Mark L. Hopkins: Polls: Nobody asked me

Mark L. Hopkins More Content Now
Mark L. Hopkins

Who is providing the foundation information in these never ending polls we read about in the newspaper? Most of us would confess, “Nobody asked me.” And, as a fact finding aspect of this column, if you are one of those who has been asked your opinion in a recent national or regional poll please contact me at presnet@presnet.net. Inquiring minds would like to know. I’ll report in a future column.

The key to the validity of a poll is the group being polled. To get the answer to the “validity” question we need to look closer at those being polled. With a few exceptions polls are focused on the nominating process and are polling likely Republican or Democrat voters. Once we know who is in the group being polled we can ascertain the level to which a particular poll will predict the vote for the nominee and, eventually, the vote for President in November of 2016.

A recent poll revealed that 29 percent of our fellow citizens identify as Democrats and 26 percent identify as Republicans. Those who identified themselves as independents now total more than 42 percent of the population. Thus, if 29 percent of Americans identify as Democrats then Hillary Clinton’s polling numbers at 61 percent represent approximately 17.6 percent of the total U.S. voting public. Donald Trump’s polling numbers at 40 percent represent just 14 percent of the voting public. The elephant in the room, of course, is the number of independent voters who will be casting a vote in November of 2016. As is our tradition, the two political parties will decide who will carry their flag into the general election. But, when the final vote is cast the independents will have the most influence on the outcome of this general election.

When President Obama won the election of 2012 he received just over 51 percent of the popular vote. If the next winner of the general election wins by the same percentage he will have to carry 100 percent of the voters in his/her political party plus an additional portion of voters from the independent block. For the Democrats that is approximately 55 percent and for the Republicans 60 percent. To the extent either candidate does not carry 100 percent of his party’s voters the support he/she must receive from independent voters will have to rise proportionally. Today, the challenge for candidates is to attract the party faithful. From August until November of 2016 the challenge will change radically. Then, their focus will be to sway independent voters to their side of the political aisle.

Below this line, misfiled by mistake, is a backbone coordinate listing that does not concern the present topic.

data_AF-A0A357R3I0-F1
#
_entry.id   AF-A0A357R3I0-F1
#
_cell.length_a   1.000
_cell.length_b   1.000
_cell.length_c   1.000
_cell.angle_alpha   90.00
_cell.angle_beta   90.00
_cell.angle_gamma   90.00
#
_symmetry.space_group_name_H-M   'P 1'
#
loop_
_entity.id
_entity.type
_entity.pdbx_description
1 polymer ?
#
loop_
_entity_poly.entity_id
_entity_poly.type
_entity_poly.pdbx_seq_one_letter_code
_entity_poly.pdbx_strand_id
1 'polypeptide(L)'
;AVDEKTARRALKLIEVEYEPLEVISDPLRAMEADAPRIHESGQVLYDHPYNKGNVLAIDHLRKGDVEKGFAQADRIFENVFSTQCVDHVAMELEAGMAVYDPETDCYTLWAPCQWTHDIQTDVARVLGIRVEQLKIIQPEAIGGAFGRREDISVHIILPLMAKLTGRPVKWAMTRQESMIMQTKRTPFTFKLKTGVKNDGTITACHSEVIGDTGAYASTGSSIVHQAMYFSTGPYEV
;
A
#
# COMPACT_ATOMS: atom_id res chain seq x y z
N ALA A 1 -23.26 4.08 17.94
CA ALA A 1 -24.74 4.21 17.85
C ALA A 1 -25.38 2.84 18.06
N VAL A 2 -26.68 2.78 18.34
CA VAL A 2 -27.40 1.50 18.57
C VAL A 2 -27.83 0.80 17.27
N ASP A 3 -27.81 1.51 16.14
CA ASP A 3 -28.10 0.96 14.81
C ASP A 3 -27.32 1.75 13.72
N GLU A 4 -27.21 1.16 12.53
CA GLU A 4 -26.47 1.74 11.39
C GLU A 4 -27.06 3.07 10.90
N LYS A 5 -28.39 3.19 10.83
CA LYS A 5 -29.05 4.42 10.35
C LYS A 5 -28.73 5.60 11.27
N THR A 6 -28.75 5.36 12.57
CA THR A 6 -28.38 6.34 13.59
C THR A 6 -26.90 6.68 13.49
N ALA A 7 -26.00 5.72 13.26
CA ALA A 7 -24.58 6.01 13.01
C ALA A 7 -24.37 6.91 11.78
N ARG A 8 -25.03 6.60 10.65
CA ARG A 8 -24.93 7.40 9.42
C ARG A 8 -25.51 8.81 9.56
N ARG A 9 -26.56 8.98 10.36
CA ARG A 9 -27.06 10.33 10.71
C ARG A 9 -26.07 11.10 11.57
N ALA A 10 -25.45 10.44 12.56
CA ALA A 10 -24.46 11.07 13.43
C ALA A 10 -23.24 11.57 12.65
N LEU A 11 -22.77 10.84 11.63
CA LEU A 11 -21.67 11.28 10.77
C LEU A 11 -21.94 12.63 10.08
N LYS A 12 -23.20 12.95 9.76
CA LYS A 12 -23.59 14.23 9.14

Twenty years ago those who identified themselves as independents totaled only 22 percent of the total voting public. The nearly 100 percent growth of that independent number has major ramifications for this and future elections. Third party candidates have always prospered by appealing to the independent vote. That was true with Ross Perot in 1992 and was even true back in 1912 when former president Theodore Roosevelt mounted a campaign to return to the White House through a third party effort that he called the Bull Moose Party. Both Perot and Roosevelt failed in their efforts, each costing the Republicans the election victory as Woodrow Wilson (D) won in 1912 and Bill Clinton (D) won in 1992. In recent weeks Michael Bloomberg, former Mayor of New York City, has threatened an independent or third party candidacy for President. Most believe his entry into the race would insure a Democrat victory in November. However, with 42 percent of the likely voters professing independent status don’t discount his ability to significantly influence the outcome or, perhaps, even win the election.

So, are you confused yet? In short, when the current polls say “40 percent” that means 40 percent of likely voters from their political party in the primary elections. The general election will be much more dependent on the candidate’s ability to swing independent voters to his/her side of the political aisle.

Dr. Mark L. Hopkins writes for More Content Now and Scripps Newspapers. He is past president of colleges and universities in four states and currently serves as executive director of a higher-education consulting service. You will find Hopkins’ latest book, “Journey to Gettysburg,” on Amazon.com. Contact him at presnet@presnet.net.